There are checkpoints along the way that, if landed upon successfully, can be activated by exchanging a shiny golden penny. These endlessly rotating coins are collected along the way, as long as you have both the skill to do so and the patience not to hurl your handset at the nearest wall after failing for the 74th time.
As you may have guessed, these precious coins are also available from the in-game store (a little bit less than a pound buys you 10 coins).
Ramping things up a notch
Not unexpectedly, it was this option that attracted the ire of 'traditional gamers' who enjoy howling and sighing and hand wringing about the impending doom of their beloved hobby.
Arguments around free to play rage on not only amongst the players, but within the comparatively peaceful circles of indie developers. It seems fairly common to witness fellow developers taking potshots at each other on Twitter, in each instance accompanied by jeering bands of supporters denouncing each other's way of life.
Minecraft creator Notch, who famously hates free to play recently fired off this tweet sniping about it:
Could someone please save mobile gaming already? Kids are growing up being used to this, and they're doing it intentionally.— Markus Persson (@notch) April 26, 2014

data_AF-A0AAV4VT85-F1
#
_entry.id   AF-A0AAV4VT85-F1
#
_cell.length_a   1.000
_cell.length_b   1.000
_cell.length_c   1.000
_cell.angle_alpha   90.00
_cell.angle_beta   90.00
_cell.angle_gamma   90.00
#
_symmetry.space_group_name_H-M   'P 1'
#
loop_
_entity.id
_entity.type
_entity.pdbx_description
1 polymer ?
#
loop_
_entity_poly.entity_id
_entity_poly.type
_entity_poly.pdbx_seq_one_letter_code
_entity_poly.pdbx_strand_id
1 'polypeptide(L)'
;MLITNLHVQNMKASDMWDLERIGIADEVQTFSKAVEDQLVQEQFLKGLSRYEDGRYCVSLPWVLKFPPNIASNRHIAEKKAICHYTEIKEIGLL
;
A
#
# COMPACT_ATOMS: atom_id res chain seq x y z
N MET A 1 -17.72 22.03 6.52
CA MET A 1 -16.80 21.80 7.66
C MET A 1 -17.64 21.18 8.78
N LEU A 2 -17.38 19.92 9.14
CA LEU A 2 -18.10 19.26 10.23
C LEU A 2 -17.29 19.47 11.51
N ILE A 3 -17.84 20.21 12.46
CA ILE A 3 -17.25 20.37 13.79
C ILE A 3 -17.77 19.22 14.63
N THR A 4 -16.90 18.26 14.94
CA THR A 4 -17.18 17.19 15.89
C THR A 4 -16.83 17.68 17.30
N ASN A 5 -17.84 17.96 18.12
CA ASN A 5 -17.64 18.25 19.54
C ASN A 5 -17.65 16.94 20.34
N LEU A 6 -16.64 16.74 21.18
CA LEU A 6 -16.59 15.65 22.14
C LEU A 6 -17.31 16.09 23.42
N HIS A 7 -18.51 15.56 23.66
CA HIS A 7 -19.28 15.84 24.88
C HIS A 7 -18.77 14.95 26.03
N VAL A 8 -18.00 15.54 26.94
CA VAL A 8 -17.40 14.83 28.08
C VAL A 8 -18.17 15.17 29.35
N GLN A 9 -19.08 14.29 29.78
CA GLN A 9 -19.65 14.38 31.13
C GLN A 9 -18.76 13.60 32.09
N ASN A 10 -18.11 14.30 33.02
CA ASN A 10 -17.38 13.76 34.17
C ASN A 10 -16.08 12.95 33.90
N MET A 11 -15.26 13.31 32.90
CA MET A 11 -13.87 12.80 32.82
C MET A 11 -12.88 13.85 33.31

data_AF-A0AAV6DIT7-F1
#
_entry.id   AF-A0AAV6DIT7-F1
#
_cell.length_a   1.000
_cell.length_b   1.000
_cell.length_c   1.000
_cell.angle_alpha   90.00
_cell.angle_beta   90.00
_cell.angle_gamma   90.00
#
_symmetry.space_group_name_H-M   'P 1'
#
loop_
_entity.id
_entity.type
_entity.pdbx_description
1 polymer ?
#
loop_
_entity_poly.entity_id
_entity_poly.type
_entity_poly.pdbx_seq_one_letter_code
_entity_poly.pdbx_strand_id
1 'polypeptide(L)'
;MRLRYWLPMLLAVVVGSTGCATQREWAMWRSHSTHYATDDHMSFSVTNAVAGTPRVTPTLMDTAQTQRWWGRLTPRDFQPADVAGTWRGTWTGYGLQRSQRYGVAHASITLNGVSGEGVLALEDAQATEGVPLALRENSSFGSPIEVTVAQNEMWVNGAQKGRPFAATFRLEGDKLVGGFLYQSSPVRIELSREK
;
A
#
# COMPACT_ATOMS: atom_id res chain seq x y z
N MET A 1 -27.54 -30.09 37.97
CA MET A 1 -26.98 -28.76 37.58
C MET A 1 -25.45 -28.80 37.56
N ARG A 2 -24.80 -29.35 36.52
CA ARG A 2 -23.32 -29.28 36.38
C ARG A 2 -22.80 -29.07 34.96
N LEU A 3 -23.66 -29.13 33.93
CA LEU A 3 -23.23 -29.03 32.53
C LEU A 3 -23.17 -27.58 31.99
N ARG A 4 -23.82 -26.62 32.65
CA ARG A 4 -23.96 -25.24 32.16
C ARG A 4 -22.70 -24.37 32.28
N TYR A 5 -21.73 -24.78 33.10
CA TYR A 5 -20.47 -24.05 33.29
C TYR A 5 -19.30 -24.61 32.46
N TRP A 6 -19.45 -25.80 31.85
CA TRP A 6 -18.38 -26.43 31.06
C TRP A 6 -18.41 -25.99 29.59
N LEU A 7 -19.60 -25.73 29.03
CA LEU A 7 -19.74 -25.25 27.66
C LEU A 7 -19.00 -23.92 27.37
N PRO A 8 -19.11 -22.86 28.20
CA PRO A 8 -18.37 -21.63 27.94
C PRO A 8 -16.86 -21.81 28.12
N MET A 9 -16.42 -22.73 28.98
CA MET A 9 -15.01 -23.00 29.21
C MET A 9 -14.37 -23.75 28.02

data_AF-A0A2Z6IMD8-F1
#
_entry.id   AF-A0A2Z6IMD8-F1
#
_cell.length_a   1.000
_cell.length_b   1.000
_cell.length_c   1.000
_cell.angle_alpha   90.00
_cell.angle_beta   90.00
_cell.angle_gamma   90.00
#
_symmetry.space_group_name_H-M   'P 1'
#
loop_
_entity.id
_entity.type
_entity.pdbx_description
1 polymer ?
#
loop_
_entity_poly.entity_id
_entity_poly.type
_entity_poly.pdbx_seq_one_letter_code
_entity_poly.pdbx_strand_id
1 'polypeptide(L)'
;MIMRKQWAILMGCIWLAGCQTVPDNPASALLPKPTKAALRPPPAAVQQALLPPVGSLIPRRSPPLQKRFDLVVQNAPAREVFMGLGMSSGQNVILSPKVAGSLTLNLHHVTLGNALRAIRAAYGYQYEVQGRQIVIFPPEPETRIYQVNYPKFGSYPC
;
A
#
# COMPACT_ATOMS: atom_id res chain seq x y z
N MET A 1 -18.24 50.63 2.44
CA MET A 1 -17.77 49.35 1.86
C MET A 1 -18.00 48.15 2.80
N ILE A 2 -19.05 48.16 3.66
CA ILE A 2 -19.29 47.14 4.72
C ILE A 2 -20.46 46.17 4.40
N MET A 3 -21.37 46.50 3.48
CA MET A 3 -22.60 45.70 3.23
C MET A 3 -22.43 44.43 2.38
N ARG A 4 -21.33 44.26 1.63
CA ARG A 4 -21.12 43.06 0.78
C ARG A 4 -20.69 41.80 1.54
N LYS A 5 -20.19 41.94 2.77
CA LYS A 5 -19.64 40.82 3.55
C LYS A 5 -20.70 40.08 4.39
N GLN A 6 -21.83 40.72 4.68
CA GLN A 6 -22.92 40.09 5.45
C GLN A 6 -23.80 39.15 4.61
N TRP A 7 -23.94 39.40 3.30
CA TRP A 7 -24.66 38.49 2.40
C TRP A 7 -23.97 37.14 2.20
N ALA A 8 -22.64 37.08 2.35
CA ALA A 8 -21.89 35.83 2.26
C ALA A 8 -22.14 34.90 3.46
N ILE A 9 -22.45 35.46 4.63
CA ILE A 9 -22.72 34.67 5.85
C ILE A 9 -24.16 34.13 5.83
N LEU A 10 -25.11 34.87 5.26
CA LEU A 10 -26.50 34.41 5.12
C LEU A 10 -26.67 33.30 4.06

There's a certain Big Endian-ness about the whole subject. Endless arguments drone on, conspiracy theories about games being 'fixed' unless you pay. Curmudgeonly gamers slamming fists down all over the country.
If you want more evidence, simply go and look at the outrage over EA's Dungeon Keeper remake (which triggered an avalanche of people eager to award a one star rating to a game they'd never played), or any Facebook comment thread around a free to play game (it won't be pretty, I promise).
Invariably these online discussions are littered with comments talking not about the game, but how it chooses to ask for money.
In the meantime, while UK developers pad curiously at the water's edge and begin to venture unprepared into free to play mobile gaming, hoping it's going to be some magic fix, Finland has become a world leader.